Nothing had been changed in the cheerless room on the ground floor, with its veneered mahogany furniture and its yellowish leprous wall-paper, peeling off at the seams here and there. A cane-seated chair, overturned near the table, had been left untouched, and the body was still lying in the position in which the Hennessey girl had discovered it. A strange chill--something unlike any atmospherical sharpness, a chill that seemed to exhale from the thin, pinched nostrils--permeated the apartment. The orioles were singing madly outside, their vermilion bosoms glowing like live coals against the tender green of the foliage, and appearing to break into flame as they took sudden flights hither and thither; but within all was still. On entering the chamber Richard was smitten by the silence,--that silence which shrouds the dead, and is like no other. Lemuel Shackford had not been kind or cousinly; he had blighted Richard's childhood with harshness and neglect, and had lately heaped cruel insult upon him; but as he stood there alone, and gazed for a moment at the firmly shut lips, upon which the mysterious white dust of death had already settled,--the lips that were never to utter any more bitter things,--the tears gathered in Richard's eyes and ran slowly down his cheeks. After all said and done, Lemuel Shackford was his kinsman, and blood is thicker than water!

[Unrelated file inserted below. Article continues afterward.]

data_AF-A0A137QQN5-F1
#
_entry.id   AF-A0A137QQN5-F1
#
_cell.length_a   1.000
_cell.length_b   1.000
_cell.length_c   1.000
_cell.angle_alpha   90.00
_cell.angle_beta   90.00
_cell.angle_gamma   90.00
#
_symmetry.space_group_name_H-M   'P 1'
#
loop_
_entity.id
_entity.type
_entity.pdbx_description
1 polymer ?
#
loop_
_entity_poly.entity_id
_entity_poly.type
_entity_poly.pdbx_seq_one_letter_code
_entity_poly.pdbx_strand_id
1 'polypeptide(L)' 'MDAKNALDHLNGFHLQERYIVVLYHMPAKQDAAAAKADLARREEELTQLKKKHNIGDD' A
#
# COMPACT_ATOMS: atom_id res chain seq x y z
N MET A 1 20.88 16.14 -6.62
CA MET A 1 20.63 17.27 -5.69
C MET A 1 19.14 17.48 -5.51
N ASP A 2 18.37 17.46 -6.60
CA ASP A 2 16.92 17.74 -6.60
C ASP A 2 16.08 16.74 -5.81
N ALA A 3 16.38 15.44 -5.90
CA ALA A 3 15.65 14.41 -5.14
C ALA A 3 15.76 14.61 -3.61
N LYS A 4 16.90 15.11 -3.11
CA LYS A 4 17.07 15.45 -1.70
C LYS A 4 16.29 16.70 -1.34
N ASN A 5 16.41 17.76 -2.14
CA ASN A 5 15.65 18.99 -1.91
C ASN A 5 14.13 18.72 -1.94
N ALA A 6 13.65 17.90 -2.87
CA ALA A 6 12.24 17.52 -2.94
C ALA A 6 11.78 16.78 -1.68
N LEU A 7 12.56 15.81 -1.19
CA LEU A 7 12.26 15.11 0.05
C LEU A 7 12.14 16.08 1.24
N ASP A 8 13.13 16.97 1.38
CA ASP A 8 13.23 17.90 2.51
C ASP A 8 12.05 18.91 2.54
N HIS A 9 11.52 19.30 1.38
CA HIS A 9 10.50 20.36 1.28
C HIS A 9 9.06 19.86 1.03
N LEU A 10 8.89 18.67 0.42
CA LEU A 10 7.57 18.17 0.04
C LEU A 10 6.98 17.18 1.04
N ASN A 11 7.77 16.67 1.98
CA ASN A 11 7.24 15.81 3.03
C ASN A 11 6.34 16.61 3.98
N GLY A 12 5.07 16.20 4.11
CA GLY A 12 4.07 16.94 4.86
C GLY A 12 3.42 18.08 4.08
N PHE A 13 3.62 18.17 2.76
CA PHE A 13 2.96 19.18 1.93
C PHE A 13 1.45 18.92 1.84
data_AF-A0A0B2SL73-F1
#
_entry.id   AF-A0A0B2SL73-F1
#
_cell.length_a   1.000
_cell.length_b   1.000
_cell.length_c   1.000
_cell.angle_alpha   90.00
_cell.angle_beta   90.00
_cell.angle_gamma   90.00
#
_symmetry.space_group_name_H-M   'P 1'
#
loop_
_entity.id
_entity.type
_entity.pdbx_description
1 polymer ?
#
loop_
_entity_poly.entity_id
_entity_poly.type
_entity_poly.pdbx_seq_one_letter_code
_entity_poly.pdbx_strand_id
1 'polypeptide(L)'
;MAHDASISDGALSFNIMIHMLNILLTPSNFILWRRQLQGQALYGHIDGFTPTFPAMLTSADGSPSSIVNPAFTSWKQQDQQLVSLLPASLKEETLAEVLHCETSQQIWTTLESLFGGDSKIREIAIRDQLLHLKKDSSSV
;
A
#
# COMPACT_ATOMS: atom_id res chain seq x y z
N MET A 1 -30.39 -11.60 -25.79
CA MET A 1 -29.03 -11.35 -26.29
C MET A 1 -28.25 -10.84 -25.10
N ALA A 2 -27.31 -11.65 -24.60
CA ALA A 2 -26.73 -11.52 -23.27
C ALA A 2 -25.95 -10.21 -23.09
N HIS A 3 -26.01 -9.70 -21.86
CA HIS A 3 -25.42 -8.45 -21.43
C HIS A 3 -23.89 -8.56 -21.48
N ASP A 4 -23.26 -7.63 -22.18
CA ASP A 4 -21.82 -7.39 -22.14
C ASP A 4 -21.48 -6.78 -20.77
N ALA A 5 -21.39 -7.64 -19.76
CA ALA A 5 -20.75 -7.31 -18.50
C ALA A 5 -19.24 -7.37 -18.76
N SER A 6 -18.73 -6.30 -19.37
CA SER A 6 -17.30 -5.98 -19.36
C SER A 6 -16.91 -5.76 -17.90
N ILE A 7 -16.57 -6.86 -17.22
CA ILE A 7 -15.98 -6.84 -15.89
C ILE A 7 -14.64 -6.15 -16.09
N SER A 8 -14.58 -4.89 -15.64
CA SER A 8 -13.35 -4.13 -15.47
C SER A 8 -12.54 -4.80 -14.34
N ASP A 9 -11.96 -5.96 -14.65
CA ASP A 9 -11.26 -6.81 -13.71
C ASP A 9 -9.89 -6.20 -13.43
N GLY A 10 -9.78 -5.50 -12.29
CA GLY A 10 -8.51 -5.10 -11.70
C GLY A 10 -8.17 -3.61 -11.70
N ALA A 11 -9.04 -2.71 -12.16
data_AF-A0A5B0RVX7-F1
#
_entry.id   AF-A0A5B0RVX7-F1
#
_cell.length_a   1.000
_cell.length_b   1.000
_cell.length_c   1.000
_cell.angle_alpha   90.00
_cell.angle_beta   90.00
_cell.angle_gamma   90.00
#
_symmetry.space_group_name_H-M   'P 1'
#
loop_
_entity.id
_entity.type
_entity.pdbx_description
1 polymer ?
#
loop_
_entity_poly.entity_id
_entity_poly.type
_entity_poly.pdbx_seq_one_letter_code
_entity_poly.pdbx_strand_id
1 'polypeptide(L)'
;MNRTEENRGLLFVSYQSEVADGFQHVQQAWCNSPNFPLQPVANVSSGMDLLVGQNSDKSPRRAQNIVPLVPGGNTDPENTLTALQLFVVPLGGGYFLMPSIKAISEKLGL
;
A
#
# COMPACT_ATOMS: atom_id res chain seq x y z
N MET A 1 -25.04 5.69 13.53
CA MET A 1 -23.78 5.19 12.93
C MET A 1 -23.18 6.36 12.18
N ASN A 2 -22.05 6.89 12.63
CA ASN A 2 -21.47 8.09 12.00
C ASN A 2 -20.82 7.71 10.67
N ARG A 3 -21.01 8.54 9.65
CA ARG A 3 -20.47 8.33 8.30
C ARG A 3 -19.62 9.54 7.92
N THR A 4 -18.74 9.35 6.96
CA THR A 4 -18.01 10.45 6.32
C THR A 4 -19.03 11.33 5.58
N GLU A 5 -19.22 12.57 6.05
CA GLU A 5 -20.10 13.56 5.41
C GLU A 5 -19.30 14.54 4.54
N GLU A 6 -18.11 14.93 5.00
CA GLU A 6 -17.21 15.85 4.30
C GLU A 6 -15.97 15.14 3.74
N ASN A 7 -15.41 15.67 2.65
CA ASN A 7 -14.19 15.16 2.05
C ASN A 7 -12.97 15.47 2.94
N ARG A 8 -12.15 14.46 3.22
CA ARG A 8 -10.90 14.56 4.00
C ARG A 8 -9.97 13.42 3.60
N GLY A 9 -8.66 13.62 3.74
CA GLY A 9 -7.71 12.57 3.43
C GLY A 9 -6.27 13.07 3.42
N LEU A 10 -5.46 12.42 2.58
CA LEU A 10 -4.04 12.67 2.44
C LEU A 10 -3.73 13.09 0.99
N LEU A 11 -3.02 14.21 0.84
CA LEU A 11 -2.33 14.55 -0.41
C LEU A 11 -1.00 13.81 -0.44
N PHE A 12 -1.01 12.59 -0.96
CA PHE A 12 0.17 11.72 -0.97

Coroner Whidden shortly appeared on the scene, accompanied by a number of persons; a jury was impaneled, and then began that inquest which resulted in shedding so very little light on the catastrophe.
The investigation completed, there were endless details to attend to,--papers to be hurriedly examined and sealed, and arrangements made for the funeral on the succeeding day. These matters occupied Richard until late in the afternoon, when he retired to his lodgings, looking in on Margaret for a few minutes on his way home.